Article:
The journey from catwalk to high street. It is fashion’s oxygen, the very essence it thrives on. But just how far will you go to achieve a true fashionista look? As far as £500?
Those of you who just shook your heads and wrinkled your noses in disgust will be inevitably overjoyed at the outbreak of “cheap chic”. The eruption of ultra-bargainous retailers such as Primark and supermarket fashion found in Asda and Tesco marks a sharp veer from catwalk costs to cheap chic.
I have admittedly been seduced many times into purchasing something just because it’s cheap; get it home and wonder why. It irritates me that with the collaborated cost of my erratic purchases, I could be walking around in those ridiculously expensive shoes I’ve been longing after for months. Adding insult to injury, it’s undeniable the shoes will yield a longer lifetime than all my haphazard purchases put together. When did it become acceptable to treat clothes as disposable? I estimate it was the point at which Primark’s popularity skyrocketed.
The outbreak of supermarket fashion has also fuelled this concept, aligning shoes parallel with spinach and diminishing the gap between what we perceive as mundane grocery shopping and “retail therapy”. It blurs the line between what we need and what we want and increases the accessibility of clothes to an extent where we are faced with no rational explanation to refuse purchase. Add into this toxic cocktail of designer replicas and cheap prices the boost of celebrity endorsement (namely Colleen for George at Asda and Melanie Sykes for Matalan) and it is little wonder we are becoming weak in the face of giant budget retailers.
Who can forget the Chloe inspired dress that literally flew off the shelves from Tesco in 2005? Chloe’s flowing, pale green chiffon that would have set you back £1,400 was being imitated in Tesco for £45 but flogged on Ebay for £100 due to its must-have calibre. I think this is perfectly acceptable behaviour for high street retailers to take inspiration from the catwalk, after all, this is fashion’s perpetual conveyor belt. However, it is interesting to observe that in debates such as these, two fashion tribes emerge. First there are those who won’t settle for anything less than the real deal. They believe that the substantial price tag reflects the quality, cut and lifespan of the garment and don’t merely buy with the sole motivation of the shiny designer label. If this is the case then simply a replica of the item’s style and design won’t satisfy. On the other hand, there are those who crave the catwalk’s appearance and desire to parade themselves with a veneer of designer clothing. It is this mind set that was the focal point for Tesco and their infamous green dress. So what if the dress lasted for the number of days equivalent to the price tag, it enabled a tiny slice of catwalk fantasy to hang in the reality of an everyday wardrobe. In the battle of these two fashion tribes, ultimately, those who will surrender a considerable amount of money for an exquisite piece of clothing and those who choose not to, it appears that the cheap chic is certainly outdoing the lure of designer attire. You only have to peek round the doors of Primark to fathom this.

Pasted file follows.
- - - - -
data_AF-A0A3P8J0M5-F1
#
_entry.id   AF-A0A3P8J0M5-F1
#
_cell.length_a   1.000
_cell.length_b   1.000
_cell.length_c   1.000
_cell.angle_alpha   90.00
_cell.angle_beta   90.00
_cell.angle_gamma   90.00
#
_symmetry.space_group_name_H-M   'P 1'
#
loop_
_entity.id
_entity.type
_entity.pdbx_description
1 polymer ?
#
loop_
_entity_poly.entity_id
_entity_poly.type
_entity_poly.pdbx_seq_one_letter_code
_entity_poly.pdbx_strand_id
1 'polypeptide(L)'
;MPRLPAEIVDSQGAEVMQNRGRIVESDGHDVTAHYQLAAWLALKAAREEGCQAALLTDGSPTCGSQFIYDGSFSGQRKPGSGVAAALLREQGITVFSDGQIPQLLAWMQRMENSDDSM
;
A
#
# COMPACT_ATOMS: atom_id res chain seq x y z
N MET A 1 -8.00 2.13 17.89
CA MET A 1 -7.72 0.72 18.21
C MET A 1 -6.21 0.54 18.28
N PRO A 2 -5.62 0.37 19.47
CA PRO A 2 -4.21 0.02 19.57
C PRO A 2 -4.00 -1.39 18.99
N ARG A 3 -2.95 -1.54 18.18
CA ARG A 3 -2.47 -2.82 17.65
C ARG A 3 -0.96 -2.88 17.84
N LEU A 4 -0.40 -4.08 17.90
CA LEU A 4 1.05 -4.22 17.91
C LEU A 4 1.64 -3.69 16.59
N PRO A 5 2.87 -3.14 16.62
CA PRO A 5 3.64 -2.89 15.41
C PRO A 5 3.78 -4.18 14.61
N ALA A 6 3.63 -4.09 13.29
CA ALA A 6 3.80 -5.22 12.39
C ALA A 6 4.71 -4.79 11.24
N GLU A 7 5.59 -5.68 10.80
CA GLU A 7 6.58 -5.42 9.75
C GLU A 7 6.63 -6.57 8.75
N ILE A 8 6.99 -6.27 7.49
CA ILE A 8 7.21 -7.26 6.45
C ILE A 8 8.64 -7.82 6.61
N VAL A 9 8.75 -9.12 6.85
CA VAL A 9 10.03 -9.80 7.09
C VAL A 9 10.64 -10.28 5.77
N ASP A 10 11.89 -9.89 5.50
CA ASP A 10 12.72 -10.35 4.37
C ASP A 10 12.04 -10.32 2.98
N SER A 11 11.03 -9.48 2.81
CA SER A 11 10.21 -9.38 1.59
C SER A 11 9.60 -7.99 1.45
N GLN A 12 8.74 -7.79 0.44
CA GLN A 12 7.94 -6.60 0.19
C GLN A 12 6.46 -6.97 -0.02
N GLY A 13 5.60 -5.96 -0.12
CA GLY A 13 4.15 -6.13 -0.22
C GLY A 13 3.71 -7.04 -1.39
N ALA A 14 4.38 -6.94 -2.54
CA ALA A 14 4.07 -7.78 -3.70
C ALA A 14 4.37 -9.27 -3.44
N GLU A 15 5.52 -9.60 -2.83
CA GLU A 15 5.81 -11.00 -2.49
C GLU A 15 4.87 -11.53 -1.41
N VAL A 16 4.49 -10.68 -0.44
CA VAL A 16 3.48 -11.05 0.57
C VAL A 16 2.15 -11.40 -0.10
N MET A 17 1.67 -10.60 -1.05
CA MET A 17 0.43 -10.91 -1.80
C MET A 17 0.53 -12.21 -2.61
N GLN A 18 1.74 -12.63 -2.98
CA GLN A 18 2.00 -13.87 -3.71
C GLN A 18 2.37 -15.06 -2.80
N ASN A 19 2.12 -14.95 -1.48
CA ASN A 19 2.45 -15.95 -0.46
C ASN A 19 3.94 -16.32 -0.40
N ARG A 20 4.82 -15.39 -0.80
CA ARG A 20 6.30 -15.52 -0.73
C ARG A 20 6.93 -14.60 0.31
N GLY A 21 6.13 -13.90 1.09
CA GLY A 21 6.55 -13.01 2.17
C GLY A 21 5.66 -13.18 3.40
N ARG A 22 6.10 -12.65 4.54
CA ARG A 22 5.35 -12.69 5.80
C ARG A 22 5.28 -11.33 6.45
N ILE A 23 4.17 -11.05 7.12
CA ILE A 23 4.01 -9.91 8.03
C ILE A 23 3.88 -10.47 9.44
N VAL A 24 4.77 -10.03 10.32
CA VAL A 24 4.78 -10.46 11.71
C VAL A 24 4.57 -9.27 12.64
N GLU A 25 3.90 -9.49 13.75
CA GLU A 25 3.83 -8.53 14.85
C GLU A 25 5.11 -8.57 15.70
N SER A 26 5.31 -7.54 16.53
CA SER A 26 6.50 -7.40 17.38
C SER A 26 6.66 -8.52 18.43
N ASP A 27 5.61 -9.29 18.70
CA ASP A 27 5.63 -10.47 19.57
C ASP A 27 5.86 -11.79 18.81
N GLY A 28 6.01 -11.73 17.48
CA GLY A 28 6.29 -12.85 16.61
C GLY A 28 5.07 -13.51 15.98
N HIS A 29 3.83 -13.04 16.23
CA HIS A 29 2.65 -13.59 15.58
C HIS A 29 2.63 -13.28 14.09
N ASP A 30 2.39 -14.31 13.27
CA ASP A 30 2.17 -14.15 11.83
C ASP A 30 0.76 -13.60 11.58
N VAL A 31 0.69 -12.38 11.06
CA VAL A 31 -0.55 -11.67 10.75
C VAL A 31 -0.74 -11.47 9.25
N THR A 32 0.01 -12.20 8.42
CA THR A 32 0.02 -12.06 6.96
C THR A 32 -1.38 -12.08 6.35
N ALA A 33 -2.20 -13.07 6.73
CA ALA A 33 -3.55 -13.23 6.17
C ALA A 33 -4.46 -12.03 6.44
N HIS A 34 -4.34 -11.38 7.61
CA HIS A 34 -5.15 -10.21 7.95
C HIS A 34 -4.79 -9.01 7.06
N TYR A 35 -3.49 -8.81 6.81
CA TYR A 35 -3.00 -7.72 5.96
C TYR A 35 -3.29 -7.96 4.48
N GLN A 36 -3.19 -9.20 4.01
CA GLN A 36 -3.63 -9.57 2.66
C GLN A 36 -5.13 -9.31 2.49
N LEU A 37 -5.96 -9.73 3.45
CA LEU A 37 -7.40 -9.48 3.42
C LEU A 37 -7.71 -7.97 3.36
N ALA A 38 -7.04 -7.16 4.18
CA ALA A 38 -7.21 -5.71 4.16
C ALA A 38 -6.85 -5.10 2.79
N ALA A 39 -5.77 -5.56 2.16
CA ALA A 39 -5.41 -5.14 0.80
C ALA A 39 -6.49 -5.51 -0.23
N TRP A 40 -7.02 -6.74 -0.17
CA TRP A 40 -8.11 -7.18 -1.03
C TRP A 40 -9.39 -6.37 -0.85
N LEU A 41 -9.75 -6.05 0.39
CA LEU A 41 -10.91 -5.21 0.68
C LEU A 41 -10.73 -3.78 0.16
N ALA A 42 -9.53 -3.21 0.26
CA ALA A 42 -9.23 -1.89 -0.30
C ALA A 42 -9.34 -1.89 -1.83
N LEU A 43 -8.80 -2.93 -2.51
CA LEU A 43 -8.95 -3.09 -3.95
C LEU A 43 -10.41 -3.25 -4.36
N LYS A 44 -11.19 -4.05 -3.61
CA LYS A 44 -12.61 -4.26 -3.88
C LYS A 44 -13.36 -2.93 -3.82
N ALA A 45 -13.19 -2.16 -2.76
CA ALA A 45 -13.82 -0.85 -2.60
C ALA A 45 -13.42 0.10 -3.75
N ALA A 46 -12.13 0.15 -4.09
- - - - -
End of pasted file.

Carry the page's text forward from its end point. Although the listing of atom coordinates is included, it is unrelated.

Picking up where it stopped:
There is no doubt in my mind that all these budget stores have a positive effect on the fashion world today. Without them, it would simply not be possible to indulge in each season’s fickle trends as they come and go. They nurture our freedom to experiment in wild styles that we would normally never touch for fear of looking stupid and if, as predicted, we do, we unquestionably bin them. Discard the evidence because we can afford to. It makes sense for fashion led fads to stick to the cheaper shops, you know you wont be seen dead in your fluorescent leggings this time next year.
At the end of the day fashion is meant to be fun and if the giveaway prices enable us to be more experimental with style then that can’t be detrimental. It only becomes destructive when we begin to discard our style identity in a cloud of mass market, one-sold-every-minute smocks and find every other person wandering around in the same “must have” summer dress. Cheap prices should be celebrated but individuality should be celebrated more.